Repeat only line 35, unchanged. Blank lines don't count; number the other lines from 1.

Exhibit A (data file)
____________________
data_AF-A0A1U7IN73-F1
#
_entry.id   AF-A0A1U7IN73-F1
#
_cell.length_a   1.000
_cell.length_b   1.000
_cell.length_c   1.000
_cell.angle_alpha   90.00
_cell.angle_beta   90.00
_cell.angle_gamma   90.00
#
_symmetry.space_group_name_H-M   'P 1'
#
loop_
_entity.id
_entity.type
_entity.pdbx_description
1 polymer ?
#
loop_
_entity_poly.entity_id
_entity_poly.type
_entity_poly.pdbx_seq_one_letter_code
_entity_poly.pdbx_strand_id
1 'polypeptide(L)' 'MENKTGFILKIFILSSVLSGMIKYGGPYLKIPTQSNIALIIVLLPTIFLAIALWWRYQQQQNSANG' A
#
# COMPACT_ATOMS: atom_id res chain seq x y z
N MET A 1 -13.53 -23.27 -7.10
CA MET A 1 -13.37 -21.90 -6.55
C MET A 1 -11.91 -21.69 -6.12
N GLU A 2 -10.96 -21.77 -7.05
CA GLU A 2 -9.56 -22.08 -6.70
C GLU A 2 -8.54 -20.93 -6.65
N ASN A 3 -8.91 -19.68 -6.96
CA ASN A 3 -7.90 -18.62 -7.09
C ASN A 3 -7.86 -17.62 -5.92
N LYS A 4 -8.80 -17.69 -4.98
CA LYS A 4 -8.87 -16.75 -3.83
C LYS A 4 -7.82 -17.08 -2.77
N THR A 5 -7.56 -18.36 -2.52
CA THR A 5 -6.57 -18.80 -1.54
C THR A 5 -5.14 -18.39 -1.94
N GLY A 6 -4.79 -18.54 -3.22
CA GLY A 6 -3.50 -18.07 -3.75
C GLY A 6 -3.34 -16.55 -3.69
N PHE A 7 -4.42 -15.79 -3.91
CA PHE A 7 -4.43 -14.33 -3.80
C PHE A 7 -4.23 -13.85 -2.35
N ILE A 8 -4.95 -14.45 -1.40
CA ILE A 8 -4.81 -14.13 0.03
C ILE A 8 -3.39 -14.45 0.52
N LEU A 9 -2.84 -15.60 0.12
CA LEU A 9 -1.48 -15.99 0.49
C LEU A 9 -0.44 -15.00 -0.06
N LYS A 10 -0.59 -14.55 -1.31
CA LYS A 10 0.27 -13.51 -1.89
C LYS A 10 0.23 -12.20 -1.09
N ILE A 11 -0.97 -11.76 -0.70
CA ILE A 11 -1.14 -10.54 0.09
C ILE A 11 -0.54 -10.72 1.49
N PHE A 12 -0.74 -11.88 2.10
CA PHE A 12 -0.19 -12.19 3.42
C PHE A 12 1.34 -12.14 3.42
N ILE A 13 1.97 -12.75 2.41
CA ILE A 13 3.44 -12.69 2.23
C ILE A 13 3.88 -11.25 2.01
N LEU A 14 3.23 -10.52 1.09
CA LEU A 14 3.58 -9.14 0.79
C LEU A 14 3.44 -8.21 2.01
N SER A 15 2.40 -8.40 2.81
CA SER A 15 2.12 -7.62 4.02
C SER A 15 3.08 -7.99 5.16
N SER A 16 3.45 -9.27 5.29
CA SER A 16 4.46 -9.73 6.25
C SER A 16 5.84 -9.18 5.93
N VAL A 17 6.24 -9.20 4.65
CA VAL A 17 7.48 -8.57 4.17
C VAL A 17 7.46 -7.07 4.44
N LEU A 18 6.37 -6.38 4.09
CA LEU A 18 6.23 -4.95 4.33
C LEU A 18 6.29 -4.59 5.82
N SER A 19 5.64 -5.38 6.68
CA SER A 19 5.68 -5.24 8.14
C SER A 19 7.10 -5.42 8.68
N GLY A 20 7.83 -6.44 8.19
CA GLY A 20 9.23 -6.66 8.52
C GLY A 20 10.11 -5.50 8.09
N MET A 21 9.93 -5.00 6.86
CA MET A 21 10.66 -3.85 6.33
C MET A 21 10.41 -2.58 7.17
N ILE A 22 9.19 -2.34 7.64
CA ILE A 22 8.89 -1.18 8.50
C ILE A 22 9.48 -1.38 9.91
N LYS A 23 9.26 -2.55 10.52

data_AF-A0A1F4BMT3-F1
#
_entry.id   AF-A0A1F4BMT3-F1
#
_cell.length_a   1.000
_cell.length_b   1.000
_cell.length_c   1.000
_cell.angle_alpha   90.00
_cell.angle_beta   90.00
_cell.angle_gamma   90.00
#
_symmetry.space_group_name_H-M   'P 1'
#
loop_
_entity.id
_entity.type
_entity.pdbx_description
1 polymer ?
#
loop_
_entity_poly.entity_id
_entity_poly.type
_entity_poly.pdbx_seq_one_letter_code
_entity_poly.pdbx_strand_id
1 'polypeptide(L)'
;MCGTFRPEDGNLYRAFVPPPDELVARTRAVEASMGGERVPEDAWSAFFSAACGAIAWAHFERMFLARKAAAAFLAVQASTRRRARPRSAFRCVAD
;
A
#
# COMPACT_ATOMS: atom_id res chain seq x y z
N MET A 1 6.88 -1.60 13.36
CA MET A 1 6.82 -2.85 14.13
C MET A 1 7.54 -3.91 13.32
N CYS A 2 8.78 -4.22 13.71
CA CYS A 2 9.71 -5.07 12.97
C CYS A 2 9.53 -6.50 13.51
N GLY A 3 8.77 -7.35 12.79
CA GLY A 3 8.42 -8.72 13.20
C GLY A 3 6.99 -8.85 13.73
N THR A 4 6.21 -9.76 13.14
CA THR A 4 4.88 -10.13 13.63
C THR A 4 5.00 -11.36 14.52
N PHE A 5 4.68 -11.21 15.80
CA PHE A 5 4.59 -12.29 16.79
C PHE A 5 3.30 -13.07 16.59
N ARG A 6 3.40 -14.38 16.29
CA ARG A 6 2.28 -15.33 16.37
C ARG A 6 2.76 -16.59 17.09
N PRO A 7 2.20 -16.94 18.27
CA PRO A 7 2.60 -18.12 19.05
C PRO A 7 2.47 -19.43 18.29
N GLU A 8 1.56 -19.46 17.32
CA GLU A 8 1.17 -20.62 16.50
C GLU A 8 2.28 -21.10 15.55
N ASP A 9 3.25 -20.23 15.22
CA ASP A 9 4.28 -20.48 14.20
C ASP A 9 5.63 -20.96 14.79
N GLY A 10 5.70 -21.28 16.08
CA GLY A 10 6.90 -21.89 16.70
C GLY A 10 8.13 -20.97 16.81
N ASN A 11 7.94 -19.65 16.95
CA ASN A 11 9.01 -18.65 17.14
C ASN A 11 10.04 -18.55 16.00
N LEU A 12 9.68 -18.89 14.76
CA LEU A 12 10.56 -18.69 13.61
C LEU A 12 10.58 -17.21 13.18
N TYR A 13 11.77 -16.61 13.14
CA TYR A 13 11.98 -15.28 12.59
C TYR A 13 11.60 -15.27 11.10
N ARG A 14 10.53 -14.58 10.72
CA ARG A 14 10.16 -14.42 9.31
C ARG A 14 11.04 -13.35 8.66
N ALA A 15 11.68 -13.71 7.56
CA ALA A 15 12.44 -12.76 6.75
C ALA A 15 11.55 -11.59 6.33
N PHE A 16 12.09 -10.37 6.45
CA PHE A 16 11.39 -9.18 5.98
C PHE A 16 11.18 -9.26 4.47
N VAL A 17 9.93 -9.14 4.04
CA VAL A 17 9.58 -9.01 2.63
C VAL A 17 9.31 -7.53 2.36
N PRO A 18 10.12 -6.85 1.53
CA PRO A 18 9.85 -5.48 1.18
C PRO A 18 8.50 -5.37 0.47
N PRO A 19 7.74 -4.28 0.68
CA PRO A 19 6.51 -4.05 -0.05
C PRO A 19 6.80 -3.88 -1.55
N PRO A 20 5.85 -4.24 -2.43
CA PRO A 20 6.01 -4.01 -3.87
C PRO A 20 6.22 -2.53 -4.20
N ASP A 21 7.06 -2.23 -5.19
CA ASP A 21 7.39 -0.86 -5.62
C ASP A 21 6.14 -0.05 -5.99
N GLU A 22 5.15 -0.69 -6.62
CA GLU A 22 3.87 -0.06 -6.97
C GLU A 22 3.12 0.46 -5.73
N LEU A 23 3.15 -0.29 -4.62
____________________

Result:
CA ASN A 3 -7.90 -18.62 -7.09